This review will be pretty spoiler-y, as I will be talking about the plot twist. So consider yourself warned, and watch the movie before reading further if you don't want to have it spoiled. Though at this point, just telling you that there are spoilers at all is probably already a spoiler, so what's the point of the warning?

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If you care enough to not be spoiled, have you watched the movie yet? If not, then I'm assuming you don't care. OK. Good. Let's continue.

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I wanted to see The Last Duel in theaters. It is a story that my partner was interested to see, and we were making tentative plans to see it. I'm still hesitant to go to a movie theater due to the ongoing COVID pandemic. I actually passed on seeing Spider-Man: No Way Home in the theater because I don't want to sit in such a crowded space with total strangers. I was actually kind of relieved that The Last Duel was bombing in theaters. It would mean that we could go see it in theaters, and I could be comfortable in the knowledge that we should expect to have no problems social distancing in the theater.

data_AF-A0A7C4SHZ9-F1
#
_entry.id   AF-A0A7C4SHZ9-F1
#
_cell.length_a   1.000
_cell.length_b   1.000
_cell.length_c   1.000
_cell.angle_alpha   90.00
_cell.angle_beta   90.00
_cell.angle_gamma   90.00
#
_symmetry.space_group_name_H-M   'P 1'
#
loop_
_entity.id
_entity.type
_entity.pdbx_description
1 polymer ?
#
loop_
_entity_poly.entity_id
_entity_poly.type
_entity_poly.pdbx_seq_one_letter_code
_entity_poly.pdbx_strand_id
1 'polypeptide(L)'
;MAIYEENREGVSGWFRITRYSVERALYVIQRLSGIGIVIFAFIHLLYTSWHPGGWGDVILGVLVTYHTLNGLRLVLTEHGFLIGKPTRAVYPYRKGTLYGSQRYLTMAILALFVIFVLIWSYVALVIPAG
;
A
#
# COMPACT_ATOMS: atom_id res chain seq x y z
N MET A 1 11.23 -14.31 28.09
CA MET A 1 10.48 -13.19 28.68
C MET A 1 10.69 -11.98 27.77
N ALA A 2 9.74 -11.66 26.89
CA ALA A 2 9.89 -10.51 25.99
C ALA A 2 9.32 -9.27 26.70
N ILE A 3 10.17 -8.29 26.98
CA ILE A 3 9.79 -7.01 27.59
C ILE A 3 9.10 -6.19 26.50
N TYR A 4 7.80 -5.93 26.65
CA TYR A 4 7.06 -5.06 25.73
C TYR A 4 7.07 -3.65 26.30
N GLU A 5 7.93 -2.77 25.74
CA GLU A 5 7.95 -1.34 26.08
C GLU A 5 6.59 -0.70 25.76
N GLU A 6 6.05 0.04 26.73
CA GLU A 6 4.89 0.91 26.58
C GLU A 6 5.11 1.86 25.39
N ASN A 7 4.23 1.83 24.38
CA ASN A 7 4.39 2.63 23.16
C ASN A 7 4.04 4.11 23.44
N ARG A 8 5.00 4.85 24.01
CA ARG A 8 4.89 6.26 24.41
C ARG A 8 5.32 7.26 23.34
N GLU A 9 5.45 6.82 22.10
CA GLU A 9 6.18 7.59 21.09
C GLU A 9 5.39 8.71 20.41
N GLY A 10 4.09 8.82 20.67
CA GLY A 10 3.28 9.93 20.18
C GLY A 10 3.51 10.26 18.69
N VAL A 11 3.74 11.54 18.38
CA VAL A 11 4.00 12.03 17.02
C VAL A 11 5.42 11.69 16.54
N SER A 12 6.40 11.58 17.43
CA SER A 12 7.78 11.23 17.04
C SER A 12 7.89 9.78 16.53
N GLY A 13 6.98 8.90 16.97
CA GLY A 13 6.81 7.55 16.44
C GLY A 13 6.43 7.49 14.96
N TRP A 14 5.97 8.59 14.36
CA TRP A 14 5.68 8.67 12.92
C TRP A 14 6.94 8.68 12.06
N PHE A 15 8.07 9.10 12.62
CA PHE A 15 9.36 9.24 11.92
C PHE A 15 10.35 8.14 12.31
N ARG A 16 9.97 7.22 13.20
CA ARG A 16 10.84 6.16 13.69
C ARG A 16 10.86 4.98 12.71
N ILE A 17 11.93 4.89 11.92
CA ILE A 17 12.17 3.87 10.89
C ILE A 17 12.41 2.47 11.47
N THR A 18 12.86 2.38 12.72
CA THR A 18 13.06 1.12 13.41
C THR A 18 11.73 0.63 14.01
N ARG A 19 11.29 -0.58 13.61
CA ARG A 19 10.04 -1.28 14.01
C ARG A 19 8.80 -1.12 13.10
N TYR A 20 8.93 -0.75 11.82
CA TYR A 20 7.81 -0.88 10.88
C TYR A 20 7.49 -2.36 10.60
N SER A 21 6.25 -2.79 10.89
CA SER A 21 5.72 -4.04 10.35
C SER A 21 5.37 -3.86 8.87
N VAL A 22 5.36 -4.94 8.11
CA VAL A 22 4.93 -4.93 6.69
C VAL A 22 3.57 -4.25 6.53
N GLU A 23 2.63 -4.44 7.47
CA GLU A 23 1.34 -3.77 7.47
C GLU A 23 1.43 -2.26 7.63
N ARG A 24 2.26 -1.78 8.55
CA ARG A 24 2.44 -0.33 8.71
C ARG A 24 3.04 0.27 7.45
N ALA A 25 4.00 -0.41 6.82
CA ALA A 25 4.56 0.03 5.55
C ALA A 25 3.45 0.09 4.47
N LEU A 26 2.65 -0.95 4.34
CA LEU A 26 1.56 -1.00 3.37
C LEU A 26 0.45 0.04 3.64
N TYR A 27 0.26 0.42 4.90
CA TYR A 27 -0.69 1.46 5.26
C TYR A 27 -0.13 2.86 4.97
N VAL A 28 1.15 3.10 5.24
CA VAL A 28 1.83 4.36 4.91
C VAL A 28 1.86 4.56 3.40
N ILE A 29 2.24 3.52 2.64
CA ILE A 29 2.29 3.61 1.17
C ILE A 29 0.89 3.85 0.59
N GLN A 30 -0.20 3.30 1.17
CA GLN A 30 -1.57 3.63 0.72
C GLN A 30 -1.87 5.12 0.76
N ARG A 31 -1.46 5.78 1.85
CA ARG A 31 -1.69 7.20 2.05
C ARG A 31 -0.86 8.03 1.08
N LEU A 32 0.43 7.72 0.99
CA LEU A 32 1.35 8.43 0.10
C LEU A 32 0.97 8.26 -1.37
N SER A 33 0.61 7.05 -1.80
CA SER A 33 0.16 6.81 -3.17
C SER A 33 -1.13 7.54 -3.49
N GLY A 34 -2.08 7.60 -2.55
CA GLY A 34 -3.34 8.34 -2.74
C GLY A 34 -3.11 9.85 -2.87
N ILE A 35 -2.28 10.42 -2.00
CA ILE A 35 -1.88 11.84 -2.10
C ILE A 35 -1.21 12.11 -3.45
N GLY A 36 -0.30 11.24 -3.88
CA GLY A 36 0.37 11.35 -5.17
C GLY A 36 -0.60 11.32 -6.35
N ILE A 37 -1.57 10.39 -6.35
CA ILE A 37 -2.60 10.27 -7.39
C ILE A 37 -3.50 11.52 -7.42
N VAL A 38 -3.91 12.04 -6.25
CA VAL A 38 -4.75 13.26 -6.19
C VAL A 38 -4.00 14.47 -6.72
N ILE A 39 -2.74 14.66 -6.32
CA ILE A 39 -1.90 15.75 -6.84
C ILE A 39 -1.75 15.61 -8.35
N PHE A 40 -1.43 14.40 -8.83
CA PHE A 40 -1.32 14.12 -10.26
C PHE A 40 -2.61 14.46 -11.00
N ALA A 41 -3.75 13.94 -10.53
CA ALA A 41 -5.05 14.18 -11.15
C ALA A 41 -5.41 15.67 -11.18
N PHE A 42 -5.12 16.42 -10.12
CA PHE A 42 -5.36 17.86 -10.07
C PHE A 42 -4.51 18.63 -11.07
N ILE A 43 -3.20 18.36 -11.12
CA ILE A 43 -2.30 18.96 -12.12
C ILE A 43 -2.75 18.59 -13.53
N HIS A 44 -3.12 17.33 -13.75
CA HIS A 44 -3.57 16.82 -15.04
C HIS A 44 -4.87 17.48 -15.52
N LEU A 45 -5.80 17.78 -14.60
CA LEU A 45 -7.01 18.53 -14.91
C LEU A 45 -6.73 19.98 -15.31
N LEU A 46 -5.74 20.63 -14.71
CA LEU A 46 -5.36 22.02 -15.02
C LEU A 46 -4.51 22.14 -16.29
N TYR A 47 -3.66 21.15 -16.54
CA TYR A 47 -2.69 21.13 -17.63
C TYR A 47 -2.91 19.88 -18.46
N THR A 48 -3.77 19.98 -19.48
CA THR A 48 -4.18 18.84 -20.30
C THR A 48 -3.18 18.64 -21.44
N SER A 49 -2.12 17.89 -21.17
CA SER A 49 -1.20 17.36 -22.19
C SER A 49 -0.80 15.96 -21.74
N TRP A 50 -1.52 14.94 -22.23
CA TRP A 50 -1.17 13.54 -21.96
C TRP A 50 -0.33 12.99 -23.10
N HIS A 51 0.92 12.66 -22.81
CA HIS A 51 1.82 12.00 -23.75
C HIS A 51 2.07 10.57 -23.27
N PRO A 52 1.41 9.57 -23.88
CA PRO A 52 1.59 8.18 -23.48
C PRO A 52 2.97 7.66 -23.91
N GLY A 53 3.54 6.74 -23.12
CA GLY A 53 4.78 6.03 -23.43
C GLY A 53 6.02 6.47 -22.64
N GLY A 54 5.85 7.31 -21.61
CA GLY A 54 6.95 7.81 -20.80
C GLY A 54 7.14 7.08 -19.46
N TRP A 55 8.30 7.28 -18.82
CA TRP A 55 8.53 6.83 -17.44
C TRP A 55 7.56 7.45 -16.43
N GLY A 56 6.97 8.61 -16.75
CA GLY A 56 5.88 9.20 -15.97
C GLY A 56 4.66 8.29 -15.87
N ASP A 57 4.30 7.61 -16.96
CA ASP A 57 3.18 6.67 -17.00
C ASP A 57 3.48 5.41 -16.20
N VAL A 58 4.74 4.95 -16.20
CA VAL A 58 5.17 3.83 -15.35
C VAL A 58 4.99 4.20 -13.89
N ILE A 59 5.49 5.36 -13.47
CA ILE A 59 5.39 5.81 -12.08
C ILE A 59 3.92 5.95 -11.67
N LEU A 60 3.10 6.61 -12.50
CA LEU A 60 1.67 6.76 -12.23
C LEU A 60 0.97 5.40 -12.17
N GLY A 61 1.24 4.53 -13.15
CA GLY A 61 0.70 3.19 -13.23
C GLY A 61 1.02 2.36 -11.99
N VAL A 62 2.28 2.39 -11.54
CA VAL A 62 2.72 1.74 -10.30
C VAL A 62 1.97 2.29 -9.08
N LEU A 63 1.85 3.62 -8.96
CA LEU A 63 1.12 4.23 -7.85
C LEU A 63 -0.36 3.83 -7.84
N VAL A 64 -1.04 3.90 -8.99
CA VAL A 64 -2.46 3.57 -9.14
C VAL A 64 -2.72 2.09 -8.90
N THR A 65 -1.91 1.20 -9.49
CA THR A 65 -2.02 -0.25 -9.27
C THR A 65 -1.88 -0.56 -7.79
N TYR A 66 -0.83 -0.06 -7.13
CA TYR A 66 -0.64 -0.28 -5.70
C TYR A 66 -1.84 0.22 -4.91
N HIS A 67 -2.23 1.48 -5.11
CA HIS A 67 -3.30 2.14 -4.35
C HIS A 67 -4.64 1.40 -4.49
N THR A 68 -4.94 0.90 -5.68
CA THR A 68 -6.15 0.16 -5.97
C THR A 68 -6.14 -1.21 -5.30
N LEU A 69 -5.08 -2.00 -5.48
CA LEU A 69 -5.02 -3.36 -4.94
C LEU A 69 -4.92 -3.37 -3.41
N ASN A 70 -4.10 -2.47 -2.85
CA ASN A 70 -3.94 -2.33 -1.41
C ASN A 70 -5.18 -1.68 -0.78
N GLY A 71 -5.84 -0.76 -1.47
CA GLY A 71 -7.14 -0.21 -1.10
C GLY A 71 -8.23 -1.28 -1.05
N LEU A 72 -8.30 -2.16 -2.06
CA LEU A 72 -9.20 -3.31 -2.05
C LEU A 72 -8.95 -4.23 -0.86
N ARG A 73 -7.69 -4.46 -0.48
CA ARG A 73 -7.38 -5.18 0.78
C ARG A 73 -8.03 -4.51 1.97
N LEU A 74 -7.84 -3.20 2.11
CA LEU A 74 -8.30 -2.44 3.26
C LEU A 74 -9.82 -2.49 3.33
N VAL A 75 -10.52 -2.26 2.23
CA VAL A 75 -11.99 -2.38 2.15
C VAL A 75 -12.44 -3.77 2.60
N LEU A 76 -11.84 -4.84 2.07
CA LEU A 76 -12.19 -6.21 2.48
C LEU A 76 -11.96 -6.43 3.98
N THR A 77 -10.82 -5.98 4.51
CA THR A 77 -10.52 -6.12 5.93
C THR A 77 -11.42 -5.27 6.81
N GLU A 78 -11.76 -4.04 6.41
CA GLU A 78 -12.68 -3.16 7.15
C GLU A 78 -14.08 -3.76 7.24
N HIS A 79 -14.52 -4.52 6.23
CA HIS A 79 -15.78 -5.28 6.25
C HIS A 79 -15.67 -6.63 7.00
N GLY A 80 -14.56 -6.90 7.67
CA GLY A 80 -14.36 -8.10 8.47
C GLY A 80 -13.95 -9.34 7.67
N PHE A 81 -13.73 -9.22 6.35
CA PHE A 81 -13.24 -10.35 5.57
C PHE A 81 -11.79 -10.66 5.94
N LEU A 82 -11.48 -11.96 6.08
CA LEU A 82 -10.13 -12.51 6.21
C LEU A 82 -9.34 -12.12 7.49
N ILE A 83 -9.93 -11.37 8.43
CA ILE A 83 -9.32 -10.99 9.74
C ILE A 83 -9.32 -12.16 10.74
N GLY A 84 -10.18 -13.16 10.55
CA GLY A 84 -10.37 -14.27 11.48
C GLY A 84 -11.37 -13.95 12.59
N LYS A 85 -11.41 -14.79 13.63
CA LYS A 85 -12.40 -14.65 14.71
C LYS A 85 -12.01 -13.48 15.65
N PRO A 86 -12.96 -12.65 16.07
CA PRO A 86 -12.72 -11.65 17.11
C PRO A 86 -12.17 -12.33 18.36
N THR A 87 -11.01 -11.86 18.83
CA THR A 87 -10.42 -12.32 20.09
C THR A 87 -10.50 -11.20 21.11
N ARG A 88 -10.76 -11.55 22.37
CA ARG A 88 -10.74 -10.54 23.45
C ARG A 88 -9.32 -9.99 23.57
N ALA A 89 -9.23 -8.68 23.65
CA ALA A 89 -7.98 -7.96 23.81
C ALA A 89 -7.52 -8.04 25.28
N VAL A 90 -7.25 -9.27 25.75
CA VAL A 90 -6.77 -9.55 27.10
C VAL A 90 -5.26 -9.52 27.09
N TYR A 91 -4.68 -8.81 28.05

But real life happened. We got busy with stuff, and kept putting it off. Then my partner actually caught COVID, so we were self-quarantined for 2 weeks. By the time we would have had an opportunity to go to the theater, I think The Last Duel had already been pulled.

So when we were sitting around in the holiday week between Christmas and New Year, with plenty of free time on our hands, we saw it while scrolling through HBO Max and decided to finally watch it.